The second one: citizens can play a role in making them better. In the case in point and in other similar ones (remember ACTA?) a smart, tech savvy civil society mobilized to protect a global common, the freedom and health of the Internet ecosystem. Such instant, liquid mobilization produced longer-lasting organizations like Wikimedia and Open Knowledge Foundation, and meeting places like 30C3. Online participation has its Dark Side, but it also has a few Jedi Knights.

The third one: the political space opened by these movements is natively international. Hackers, as no politically relevant group before them, collaborate across state frontiers in a natural, unassuming way. The project to democratize the European consultation on copyright involved people of many nationalities, without anyone ever feeling the need to refer to the positions of one country or another. Interestingly, leadership tends to be allocated to young women like Helgadóttir (23, deputy member of the Icelandic parliament) or Andersdotter herself.

I am fascinated by Andersotter’s trajectory. Elected when she was only 21, she proved incredibly determined, acquiring an impressive competence on international conventions and treaties regulating the Internet in Europe and becoming a reference point for the continent’s open source movement, as well as for the hacker scene in general. She has held her (well documented) ground in favor of Internet freedom, and has not shunned conflict when conflict was in order. She does her best to make the European Parliament more open and welcoming for hackers and activists – for example, she organized a screening of the film about Wikileaks We steal secrets and made it open to the public. Hackers and activists across Europe reciprocate with an almost palpable affection, as if she were – after Lady Ada Byron – a second Queen of the Machines. She could be the first of a new breed of digital native European leaders, grown up between hackathons and The Big bang Theory reruns.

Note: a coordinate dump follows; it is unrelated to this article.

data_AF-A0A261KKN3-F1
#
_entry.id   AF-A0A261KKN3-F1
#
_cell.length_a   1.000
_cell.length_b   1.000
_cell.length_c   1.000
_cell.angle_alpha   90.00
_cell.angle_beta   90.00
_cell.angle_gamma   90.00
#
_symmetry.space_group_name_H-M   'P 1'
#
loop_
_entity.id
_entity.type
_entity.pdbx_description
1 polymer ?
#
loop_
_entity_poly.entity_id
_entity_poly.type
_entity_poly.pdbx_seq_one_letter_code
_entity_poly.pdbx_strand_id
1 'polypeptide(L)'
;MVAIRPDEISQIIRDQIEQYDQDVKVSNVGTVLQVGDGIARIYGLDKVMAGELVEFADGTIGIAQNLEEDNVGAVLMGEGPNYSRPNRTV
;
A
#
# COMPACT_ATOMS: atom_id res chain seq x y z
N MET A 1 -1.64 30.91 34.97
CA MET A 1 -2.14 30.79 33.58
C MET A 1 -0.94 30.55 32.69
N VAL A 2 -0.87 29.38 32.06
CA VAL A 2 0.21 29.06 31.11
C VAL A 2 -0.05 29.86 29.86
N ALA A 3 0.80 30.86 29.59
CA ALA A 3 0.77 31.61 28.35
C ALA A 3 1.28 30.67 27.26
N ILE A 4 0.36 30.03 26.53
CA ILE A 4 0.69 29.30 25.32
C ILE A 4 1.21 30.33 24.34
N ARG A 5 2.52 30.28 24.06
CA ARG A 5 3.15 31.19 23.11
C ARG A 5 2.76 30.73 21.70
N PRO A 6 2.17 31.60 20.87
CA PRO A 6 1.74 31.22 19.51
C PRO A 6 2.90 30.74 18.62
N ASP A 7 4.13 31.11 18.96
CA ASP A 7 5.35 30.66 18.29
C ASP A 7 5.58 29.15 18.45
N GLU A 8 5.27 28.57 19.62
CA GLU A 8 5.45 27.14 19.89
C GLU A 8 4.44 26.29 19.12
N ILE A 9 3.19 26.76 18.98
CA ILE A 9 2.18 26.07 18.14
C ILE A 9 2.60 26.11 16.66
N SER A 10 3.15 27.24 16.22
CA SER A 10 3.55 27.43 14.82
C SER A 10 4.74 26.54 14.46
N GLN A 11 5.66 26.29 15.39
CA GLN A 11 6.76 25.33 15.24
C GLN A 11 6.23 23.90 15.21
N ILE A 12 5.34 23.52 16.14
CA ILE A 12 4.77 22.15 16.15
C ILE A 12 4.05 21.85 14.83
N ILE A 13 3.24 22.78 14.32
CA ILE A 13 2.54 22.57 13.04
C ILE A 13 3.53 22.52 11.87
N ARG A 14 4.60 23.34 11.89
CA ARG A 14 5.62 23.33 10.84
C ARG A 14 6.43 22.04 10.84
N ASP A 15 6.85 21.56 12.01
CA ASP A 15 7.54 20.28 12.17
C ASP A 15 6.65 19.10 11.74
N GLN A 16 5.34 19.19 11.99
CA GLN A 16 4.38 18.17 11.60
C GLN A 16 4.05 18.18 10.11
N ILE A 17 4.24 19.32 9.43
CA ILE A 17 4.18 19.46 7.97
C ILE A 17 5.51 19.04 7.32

The story I told at the beginning of this post looks more like a scene from Matrix than a story of European politics. And yet, when you think about it, this is exactly the European Union that the founding fathers dreamed of: hackers, designers, civil society activists, elected representatives collaborating across all countries  to broaden the channels of democratic participation on the Union’s policies. If I could offer a word of advice to the next Presidents of the European Commission, Parliament and Council I would tell them: fly close to the hackers, involve them, ask them to help you design the Union’s online consultations. They are building the European agora that you could not give us. And – frankly – their code is vastly better than yours.


IPR Tracker: quantificare i contributi a una soluzione collaborativa

IPR Tracker

Riccardo Apreda, Gualtiero Fantoni, Paolo Valleri e i ragazzi del Leaning Lab di Pisa (anche spiritosi, come si capisce dal nome che gioca con il concetto di Living Lab) hanno sviluppato IPR Tracker: un software che, in un processo collaborativo di ricerca della soluzione ad un problema, ripartisce la paternità della soluzione stessa tra i partecipanti.

Immaginate che un committente – diciamo un’azienda – ponga un problema – diciamo “come fare a pulire una superficie”. I partecipanti provano a dare risposte interagendo attraverso un forum, e propongono varie possibilità, collaborando a svilupparle. Alla fine il committente sceglie una soluzione che trova convincente, e la retribuisce. Come dividere il compenso tra i partecipanti? Qui interviene IPR Tracker. Un parser analizza il testo e lo disambigua; un motore semantico accorpa sinonimi, antonimi etc. e identifica i lemmi di cui sono composti i post; infine, i lemmi presenti nella soluzione vengono “tracciati” nei post precedenti fino alla prima volta in cui sono comparsi. Alla fine, il programma propone una suddivisione della paternità della soluzione sulla base di chi ha fornito gli elementi che compaiono nella soluzione, e quando.

Lo trovo molto ingegnoso, e mi piacerebbe organizzare un test drive con la community di Kublai (gennaio?). Non posso postarvi il paper qui (non è Creative Commons), ma potete chiederlo agli autori.